Landing pad for Aust. innovators in Berlin
AUSTRALIA’s fourth ‘landing pad’ for start-up companies seeking international business is to be established in Berlin, Germany’s capital.
Berlin is regarded as a leading source of global innovation and disruptive technology and joins landing pads established in San Francisco, Tel Aviv and Shanghai.
Trade, Tourism and Investment Minister, Steven Ciobo, made the announcement in Berlin, outlining how the landing pads were designed to provide market-ready start-ups with a short-term operational base in innovation hotspots, “helping them develop new markets and sustainable growth on a world scale”.
“Berlin is a low-cost business centre and the start-up hub of Germany,” Mr Ciobo said. “With its vibrant, creative culture and extensive ecosystem of incubators and accelerators, the city is ideally positioned as a landing pad site for emerging Australian companies.”
As an emerging major technology hub, Berlin has a significant presence of major corporations and world-leading innovation research institutions like the Fraunhofer-Gesellschaft and the Hasso-Plattner Institute School of Design. With US$2.2 billion invested into start-ups in 2014 and some of the world’s highest public and private sector investment in research and development, the city has overtaken London as Europe’s leading venture capital hub.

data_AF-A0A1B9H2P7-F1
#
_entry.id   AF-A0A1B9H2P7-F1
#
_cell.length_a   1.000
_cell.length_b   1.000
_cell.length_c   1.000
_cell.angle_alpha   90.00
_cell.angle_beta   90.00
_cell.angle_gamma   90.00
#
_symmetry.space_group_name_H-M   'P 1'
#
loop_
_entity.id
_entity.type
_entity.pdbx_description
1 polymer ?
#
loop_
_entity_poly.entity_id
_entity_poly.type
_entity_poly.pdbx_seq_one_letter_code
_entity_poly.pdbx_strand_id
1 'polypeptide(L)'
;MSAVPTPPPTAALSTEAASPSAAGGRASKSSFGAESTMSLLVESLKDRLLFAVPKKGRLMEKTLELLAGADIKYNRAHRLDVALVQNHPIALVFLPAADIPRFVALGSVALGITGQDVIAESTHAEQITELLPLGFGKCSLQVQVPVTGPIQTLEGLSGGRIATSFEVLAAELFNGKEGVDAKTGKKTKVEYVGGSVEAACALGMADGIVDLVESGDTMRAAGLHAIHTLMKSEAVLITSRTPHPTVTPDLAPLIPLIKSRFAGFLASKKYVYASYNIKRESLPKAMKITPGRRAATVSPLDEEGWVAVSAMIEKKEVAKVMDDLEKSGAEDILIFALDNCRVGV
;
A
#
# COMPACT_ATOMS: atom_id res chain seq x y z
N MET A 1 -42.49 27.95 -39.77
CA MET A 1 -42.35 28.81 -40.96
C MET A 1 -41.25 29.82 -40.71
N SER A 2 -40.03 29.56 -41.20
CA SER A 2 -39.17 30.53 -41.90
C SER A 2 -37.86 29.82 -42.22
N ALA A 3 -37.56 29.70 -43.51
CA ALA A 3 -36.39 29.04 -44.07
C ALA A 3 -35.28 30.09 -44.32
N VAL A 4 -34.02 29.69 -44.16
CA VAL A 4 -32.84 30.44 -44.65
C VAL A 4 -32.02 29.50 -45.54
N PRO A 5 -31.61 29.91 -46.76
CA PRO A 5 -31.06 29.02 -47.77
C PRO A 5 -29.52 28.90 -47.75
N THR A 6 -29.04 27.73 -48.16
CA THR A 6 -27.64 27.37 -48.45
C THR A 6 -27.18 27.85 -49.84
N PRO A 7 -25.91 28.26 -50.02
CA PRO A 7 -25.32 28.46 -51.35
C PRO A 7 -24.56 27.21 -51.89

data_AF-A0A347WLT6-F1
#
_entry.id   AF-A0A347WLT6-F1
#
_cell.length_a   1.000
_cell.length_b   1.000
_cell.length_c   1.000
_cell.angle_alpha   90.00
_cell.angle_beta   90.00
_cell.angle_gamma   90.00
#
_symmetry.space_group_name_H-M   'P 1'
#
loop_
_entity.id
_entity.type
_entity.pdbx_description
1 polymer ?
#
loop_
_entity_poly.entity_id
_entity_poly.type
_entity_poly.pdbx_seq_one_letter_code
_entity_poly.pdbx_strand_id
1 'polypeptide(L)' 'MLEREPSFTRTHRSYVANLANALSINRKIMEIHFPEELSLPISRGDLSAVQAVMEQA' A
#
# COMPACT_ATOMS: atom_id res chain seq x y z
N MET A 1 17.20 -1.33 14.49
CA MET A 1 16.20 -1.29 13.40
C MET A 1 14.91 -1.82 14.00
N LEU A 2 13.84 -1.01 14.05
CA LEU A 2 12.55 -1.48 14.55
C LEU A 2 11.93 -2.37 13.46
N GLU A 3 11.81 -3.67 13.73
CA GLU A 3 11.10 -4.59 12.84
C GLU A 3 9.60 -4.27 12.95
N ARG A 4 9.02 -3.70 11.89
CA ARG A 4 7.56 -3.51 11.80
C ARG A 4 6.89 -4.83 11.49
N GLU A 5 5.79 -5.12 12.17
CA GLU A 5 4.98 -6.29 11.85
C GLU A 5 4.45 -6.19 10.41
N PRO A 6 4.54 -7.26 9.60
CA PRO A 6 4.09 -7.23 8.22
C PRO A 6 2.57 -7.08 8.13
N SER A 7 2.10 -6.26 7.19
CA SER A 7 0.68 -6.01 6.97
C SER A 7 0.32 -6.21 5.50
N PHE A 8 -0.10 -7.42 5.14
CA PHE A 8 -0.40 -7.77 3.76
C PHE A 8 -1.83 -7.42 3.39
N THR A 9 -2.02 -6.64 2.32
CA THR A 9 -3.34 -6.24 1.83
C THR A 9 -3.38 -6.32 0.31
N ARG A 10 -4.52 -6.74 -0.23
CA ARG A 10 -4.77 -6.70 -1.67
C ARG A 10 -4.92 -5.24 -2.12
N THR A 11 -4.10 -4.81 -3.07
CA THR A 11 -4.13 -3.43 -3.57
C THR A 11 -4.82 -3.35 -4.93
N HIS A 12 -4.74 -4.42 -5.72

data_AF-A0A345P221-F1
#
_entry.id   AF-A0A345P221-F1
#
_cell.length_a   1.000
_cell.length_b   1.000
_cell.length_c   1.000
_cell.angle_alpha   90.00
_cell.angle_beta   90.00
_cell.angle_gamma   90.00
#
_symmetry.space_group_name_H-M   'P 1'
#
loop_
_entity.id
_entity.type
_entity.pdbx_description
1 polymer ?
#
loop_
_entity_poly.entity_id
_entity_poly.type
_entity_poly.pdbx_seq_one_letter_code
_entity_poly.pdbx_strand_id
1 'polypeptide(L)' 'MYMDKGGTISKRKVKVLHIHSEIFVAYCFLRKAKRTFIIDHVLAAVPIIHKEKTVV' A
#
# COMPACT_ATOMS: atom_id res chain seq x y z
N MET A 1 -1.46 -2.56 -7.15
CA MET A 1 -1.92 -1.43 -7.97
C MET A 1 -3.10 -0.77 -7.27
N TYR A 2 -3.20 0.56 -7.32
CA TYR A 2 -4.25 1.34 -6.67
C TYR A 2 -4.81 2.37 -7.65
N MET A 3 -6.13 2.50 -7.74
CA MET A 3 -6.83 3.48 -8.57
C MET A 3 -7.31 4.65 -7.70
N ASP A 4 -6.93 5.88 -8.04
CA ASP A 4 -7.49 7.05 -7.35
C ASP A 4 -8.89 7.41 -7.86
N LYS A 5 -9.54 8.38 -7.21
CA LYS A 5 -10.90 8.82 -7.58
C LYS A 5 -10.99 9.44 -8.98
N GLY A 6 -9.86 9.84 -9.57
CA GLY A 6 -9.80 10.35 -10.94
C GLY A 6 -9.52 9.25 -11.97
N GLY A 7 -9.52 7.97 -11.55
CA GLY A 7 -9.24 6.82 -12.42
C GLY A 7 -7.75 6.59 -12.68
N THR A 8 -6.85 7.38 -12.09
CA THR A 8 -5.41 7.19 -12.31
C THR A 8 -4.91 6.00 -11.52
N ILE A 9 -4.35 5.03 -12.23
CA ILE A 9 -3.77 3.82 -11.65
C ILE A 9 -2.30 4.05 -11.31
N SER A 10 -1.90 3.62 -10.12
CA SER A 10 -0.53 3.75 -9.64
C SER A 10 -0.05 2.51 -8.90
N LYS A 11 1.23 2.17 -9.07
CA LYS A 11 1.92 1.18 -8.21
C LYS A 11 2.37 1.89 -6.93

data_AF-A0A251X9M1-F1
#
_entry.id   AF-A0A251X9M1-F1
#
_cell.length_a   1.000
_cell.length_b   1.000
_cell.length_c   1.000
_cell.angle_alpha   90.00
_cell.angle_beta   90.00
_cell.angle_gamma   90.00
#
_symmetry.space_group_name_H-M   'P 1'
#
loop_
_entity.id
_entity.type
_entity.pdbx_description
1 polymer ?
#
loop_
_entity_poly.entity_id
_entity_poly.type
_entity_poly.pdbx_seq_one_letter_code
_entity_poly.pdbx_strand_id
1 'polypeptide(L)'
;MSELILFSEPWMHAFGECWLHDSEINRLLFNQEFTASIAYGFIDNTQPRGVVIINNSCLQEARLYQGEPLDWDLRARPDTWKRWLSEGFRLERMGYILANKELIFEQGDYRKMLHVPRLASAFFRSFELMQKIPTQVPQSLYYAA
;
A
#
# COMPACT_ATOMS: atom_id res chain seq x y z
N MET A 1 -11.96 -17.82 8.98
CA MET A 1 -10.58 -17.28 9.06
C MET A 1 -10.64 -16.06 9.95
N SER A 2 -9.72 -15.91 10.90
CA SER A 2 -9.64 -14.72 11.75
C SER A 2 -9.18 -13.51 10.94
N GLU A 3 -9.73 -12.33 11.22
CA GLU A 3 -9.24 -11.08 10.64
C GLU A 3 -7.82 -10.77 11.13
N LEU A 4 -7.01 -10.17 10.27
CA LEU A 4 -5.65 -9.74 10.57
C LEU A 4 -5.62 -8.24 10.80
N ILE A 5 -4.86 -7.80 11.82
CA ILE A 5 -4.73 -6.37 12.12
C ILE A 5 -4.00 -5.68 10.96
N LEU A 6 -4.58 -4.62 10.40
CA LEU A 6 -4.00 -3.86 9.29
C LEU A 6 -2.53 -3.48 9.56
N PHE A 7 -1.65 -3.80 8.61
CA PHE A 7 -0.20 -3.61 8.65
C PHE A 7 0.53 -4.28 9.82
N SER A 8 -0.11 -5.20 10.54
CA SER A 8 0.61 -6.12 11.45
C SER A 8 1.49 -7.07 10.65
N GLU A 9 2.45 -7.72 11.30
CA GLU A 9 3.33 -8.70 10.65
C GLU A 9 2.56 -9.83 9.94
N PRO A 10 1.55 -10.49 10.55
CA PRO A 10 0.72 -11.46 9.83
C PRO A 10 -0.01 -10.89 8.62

Germany is also one of Australia’s key science collaboration partners, with 516 active bilateral agreements between Australian and German institutions.
It is the fourth landing pad to be announced as part of the Coalition’s National Science and Innovation Agenda (NISA).
former Minister for Industry, Innovation and Science, Christopher Pyne (now Minister for Defence Industry) said the landing pad would help market-ready startups with access to local partners with expertise, infrastructure and innovation and marketing networks.
“Berlin is an emerging major tech hub with an increasingly international startup community. Placing landing pads in innovation hot-spots will help entrepreneurial Australian companies access complementary entrepreneurial talent, mentoring, investors and a wider connected network of innovation hubs,” said Mr Pyne.
Mr Ciobo said the Berlin landing pad would help Australian startups think globally, tapping into entrepreneur, industry and capital networks.
“It will also contribute to stronger ties with Europe’s largest economy as Australia seeks to begin negotiations for a free trade agreement with the European Union,” he said.
“Both our countries see the importance of innovation, science and technology as drivers of economic prosperity,” said Mr Pyne.